Two technical reports just published confirm what local birdwatchers have long known: some of our migratory birds are staying much closer to home in winter these days.
Climate warming and other environmental changes seem to be causing a shift in the wintering grounds of European birds northwards. This was tested in two studies, one looking at numbers of some common northern-European songbirds including robins, chaffinches and wagtails that winter in Spain and one looking more specifically at robins. These birds are partial migrants, species where parts of the overall population are migratory while others remain in place, not like swallows or redstarts whose whole population migrates south. The studies looked at annual numbers reaching Spain using data from recoveries of ringed birds.
Results showed that the numbers of the study species from outside of Spain reaching there in winter has decreased since the 1980s and probably well before. This tendency had to be checked against the species’ overall population numbers in northern Europe to make sure the birds weren’t just getting rarer anyway, and, as they weren’t, this confirmed that these birds are moving less. An understanding of the species’ preferred diet did show some likely patterns since frugivorous (fruit-eating) birds, a group well adapted to tracking changes in food availability, showed sharper reductions in numbers reaching Spain in winter than the more insectivorous species. In addition, larger birds, such as thrushes, less affected by problems of winter temperatures, reduced their migratory movements to the south more than small birds. The results suggest a long-term rearrangement of migratory movements of European birds in which the Mediterranean basin is losing its traditional role as primary wintering ground for many of our birds.
The reduction in numbers of wintering migrant birds in Spain appears to have been taking place since at least the 1970s. However, this reduction may have been in progress earlier, since several partially migratory songbirds began to winter in northern Europe in the mid-twentieth century and earlier. The ability of wintering blackcaps, thrushes and, to a lesser extent, robins to move according to fruit resources is most often observed in their wintering grounds, where their abundances are regulated by the annual availability of fruits. The reported changes in the migratory behaviour of the blackcap, one frugivorous species for which foreign recoveries in Spain has declined despite the sharp increase in the European population, support this interpretation. This change of migratory schedules in blackcaps has been related to this species’ ability to adapt its migratory journeys to increasing food availability offered by urban areas in central Europe and warmer coastal areas like the Channel Islands. Why fly all the way to Spain if you can stay at home or move to someone’s garden?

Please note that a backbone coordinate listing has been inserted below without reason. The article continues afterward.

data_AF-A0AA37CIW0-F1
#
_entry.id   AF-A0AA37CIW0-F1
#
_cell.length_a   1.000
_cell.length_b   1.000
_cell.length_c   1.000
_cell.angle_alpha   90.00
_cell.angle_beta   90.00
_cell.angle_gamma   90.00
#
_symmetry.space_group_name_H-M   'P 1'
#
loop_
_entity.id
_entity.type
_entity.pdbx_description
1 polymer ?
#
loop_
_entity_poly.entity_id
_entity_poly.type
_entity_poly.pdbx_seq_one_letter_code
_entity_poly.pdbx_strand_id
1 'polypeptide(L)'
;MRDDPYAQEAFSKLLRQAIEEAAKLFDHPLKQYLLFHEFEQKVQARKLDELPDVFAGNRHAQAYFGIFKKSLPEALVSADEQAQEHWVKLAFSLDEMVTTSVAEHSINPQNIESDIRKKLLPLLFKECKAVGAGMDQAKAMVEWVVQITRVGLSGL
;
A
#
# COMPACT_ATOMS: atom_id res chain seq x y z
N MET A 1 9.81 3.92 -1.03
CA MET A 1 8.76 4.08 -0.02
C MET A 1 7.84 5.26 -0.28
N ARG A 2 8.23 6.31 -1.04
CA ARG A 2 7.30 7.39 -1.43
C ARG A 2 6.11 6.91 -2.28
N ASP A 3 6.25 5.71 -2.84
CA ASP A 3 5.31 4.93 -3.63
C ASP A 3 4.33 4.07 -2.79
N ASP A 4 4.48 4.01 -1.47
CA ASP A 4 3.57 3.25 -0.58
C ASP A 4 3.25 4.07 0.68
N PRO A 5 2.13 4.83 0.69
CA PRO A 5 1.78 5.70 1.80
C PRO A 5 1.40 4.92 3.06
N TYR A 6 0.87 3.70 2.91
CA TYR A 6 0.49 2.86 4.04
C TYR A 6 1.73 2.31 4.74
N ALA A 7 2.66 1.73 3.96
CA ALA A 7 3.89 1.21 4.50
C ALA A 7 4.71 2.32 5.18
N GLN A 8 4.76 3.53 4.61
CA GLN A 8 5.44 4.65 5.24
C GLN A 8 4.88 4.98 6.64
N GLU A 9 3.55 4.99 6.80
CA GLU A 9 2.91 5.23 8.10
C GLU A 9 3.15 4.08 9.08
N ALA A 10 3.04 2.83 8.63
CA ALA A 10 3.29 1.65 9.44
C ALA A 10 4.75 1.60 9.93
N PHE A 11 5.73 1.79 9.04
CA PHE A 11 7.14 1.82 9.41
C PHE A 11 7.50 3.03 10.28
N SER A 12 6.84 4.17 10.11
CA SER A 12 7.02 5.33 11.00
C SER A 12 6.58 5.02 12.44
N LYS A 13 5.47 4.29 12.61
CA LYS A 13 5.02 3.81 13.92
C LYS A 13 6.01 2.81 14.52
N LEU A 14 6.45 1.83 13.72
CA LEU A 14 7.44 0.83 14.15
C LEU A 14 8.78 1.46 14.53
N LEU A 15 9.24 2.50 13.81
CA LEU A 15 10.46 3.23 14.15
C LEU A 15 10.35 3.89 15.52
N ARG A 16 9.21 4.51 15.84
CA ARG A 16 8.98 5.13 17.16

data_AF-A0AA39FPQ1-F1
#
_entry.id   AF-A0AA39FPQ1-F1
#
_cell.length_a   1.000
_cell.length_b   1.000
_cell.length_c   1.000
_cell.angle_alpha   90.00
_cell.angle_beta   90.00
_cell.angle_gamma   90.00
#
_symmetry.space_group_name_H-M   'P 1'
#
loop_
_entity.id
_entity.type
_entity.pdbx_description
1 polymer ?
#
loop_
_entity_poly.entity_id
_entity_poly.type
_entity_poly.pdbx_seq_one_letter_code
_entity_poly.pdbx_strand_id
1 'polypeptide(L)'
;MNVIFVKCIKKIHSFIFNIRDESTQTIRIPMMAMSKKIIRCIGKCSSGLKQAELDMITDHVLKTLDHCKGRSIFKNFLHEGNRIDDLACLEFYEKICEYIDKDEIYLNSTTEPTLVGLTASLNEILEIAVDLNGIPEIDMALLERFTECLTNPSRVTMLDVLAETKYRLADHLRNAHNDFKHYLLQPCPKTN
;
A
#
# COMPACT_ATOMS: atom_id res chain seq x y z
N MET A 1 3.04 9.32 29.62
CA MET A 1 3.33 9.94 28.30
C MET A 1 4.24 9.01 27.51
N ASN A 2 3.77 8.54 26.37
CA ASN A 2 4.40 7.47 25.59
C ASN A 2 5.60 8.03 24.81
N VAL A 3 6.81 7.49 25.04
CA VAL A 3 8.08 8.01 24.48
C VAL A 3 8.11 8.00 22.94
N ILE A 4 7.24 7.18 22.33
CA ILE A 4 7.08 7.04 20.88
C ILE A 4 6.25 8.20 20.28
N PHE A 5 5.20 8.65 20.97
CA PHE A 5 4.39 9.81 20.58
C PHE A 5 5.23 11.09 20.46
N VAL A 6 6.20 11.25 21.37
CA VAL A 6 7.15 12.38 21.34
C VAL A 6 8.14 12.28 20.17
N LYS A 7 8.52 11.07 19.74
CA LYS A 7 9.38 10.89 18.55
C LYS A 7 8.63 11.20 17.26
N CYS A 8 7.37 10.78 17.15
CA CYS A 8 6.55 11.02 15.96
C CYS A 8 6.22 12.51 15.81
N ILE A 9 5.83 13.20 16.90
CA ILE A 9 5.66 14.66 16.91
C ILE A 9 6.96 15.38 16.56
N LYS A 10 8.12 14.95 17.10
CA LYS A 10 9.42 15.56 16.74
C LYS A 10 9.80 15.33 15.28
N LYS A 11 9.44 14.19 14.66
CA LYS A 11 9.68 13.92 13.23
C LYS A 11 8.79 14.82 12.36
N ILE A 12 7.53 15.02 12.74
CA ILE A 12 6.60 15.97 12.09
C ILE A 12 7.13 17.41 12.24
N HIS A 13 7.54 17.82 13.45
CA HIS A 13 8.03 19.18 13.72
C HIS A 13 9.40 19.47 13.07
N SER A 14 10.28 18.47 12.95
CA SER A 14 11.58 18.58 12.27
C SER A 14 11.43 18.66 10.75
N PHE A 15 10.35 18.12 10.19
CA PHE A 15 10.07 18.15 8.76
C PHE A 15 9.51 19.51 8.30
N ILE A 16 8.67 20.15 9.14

Partial migratory birds possess the genetic variation required to change from partially migratory to resident in just a few generations, suggesting that, according to current predictions of global warming, such trends will continue to increase the number of sedentary populations in Europe and to reduce the number of overwintering birds in the Mediterranean. In the Channel Islands we have seen big changes in our wintering birds over the last 25 or so years. Fieldfares hardly bother to come here now unless the weather turns really cold whereas the UK is full of them. In their place (but not necessarily in the same habitat) we see lots of chiffchaffs and blackcaps. Interestingly, as reported elsewhere in Europe, our wintering blackcaps are very much a bird of the garden where they hog the feeders rather than out in the wider countryside where they’ll later breed.
What of the true migrants? Well, although this winter we have had several swallows and a wheatear sticking around, these species are unlikely to change their habits very soon.
Read the paper abstracts: